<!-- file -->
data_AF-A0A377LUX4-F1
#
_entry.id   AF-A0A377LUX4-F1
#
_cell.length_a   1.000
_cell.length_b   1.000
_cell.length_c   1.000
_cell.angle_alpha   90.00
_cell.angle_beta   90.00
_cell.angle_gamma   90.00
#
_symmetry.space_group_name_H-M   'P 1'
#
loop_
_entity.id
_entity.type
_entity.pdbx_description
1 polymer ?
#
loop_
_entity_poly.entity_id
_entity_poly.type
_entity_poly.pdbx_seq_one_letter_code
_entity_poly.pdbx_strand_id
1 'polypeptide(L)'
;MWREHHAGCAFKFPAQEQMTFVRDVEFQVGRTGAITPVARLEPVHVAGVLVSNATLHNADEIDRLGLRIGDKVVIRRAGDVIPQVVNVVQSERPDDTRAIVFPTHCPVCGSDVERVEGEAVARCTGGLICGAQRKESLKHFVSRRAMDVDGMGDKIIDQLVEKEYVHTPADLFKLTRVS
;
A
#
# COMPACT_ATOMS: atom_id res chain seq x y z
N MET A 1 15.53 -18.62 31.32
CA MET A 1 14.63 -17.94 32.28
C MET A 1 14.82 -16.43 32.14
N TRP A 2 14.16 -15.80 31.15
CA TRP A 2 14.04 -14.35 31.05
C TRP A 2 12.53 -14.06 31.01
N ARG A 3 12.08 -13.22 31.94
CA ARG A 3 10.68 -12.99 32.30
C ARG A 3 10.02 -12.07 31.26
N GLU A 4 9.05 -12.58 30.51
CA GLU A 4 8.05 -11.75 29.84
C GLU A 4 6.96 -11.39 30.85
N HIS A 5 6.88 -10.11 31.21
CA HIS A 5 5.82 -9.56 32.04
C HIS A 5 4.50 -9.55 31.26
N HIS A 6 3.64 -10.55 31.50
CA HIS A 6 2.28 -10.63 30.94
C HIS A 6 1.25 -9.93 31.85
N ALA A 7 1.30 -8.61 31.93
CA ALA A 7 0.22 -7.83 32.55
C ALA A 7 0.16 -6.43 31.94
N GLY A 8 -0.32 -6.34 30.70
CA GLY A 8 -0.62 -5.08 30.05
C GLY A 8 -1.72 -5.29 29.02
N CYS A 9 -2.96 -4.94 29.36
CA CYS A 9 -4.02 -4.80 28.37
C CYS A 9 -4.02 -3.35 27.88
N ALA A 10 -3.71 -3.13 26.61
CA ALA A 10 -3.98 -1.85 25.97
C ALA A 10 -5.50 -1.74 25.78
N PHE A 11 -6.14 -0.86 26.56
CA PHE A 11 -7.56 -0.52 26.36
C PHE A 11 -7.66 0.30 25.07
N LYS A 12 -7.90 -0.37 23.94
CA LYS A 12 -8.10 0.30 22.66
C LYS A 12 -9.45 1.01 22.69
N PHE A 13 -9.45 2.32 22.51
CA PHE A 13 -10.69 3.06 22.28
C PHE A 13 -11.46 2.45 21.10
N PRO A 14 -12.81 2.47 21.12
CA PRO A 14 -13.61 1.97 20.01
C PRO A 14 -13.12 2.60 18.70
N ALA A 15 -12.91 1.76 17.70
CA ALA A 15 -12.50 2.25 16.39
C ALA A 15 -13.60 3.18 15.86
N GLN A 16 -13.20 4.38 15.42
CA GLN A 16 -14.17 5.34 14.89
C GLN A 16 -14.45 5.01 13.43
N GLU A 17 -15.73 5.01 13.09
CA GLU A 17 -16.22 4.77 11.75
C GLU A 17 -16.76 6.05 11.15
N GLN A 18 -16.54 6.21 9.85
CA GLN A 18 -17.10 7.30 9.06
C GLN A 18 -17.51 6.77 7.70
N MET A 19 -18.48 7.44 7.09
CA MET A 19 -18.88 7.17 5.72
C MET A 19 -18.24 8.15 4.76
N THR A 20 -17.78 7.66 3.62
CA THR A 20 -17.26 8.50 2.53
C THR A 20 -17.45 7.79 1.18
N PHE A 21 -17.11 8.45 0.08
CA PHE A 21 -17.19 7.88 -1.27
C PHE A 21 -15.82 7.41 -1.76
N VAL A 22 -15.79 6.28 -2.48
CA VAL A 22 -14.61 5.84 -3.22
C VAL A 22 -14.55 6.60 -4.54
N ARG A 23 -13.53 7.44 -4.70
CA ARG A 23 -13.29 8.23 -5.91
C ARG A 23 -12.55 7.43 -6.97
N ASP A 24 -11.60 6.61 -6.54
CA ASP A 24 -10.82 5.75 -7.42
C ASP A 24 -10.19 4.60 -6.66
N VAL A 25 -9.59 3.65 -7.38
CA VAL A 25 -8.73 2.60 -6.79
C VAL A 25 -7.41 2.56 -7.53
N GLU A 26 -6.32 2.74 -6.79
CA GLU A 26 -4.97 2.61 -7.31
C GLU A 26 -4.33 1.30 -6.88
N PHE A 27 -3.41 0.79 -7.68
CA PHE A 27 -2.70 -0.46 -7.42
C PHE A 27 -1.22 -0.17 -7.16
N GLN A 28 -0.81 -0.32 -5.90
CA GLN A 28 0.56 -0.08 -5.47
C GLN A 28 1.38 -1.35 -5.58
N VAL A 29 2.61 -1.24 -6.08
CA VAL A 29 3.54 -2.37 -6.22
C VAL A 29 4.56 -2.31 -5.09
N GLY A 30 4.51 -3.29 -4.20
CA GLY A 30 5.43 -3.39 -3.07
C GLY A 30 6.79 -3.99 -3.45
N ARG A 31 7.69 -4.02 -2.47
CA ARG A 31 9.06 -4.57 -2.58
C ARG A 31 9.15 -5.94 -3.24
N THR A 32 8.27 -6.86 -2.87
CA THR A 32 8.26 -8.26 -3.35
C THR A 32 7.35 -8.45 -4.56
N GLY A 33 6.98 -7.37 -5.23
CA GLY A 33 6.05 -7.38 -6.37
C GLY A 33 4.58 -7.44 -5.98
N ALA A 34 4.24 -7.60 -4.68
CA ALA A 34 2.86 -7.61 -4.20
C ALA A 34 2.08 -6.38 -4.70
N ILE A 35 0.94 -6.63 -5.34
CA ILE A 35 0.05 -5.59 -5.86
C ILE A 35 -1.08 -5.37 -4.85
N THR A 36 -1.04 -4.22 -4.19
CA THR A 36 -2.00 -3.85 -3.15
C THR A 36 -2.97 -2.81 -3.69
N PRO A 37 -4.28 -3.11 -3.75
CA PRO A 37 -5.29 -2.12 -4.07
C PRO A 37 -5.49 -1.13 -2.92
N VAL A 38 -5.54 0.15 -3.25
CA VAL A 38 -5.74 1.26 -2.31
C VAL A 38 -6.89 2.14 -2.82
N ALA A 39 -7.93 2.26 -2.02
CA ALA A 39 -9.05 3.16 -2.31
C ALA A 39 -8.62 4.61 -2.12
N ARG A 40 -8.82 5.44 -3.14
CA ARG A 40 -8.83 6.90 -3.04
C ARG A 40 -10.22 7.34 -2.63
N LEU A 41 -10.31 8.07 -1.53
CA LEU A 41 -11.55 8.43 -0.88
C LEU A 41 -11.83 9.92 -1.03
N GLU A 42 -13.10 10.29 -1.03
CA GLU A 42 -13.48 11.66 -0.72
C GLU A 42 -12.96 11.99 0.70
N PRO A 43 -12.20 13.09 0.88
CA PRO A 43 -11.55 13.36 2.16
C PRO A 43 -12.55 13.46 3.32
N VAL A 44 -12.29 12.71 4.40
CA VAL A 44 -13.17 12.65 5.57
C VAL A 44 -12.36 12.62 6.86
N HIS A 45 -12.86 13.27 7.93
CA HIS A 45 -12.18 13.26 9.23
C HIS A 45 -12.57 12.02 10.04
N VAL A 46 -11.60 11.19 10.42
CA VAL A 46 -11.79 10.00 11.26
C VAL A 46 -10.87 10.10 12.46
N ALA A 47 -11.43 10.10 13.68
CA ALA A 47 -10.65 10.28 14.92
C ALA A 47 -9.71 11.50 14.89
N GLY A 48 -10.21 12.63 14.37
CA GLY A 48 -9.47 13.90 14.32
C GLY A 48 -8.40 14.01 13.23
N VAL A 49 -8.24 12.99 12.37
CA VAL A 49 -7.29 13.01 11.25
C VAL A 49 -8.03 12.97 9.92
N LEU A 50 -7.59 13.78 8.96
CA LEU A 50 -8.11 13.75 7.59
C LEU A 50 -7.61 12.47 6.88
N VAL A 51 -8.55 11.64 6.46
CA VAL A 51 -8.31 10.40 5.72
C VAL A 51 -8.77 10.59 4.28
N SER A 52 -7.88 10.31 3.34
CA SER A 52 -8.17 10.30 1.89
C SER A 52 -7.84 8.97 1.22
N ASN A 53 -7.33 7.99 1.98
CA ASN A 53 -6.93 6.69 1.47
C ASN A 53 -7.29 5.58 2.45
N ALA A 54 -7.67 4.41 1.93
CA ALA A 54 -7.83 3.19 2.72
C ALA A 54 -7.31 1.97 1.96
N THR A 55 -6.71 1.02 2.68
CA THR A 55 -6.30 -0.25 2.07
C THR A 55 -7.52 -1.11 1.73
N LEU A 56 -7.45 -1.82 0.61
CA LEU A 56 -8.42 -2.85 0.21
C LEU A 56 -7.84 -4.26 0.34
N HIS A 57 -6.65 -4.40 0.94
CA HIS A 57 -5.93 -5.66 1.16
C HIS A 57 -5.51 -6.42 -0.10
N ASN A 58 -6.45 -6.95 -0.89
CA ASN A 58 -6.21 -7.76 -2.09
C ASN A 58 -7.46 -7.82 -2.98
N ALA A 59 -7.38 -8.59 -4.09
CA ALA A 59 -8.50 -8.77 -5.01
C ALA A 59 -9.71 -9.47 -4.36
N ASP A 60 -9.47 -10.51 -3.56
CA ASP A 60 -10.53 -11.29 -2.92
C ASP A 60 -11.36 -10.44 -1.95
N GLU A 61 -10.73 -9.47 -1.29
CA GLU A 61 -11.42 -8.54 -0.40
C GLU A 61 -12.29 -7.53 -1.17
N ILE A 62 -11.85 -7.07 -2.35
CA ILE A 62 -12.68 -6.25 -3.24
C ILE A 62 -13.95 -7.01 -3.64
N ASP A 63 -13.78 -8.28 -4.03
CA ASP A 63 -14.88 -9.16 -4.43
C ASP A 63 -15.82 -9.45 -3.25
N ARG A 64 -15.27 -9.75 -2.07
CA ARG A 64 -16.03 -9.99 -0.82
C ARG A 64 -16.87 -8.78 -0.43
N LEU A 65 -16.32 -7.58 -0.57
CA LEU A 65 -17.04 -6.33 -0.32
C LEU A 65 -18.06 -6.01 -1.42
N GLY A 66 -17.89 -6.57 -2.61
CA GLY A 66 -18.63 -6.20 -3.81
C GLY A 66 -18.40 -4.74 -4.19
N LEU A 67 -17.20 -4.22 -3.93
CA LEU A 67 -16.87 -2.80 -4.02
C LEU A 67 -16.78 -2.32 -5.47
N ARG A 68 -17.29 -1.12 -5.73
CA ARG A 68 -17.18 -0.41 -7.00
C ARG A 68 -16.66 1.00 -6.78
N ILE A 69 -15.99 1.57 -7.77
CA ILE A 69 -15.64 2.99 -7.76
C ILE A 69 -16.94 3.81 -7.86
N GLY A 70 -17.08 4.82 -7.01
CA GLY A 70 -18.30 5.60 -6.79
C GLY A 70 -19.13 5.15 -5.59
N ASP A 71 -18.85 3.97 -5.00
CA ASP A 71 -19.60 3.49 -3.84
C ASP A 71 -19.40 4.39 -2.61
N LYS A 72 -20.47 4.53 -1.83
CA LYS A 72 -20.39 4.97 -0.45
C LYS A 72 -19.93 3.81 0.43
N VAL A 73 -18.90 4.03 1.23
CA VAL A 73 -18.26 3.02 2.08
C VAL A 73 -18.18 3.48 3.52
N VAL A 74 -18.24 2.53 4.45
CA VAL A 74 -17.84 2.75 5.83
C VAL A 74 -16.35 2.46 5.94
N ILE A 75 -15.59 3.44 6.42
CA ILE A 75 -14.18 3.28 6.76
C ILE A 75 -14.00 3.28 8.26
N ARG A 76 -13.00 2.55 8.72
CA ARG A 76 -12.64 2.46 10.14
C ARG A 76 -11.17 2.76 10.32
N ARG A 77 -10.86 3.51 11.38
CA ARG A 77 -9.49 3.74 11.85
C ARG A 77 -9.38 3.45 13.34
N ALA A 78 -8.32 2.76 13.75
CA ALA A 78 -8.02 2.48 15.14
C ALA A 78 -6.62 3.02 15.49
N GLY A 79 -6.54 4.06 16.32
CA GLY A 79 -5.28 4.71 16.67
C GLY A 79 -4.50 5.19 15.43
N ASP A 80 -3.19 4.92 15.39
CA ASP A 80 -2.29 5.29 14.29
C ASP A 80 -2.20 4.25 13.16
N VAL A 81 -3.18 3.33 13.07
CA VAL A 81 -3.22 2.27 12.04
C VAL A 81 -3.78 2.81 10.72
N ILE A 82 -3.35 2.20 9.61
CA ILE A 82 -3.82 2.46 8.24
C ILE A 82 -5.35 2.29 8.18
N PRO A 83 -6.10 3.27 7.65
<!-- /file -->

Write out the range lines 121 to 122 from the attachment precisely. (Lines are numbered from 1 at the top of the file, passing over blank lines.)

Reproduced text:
N ARG A 31 7.69 -4.02 -2.47
CA ARG A 31 9.06 -4.57 -2.58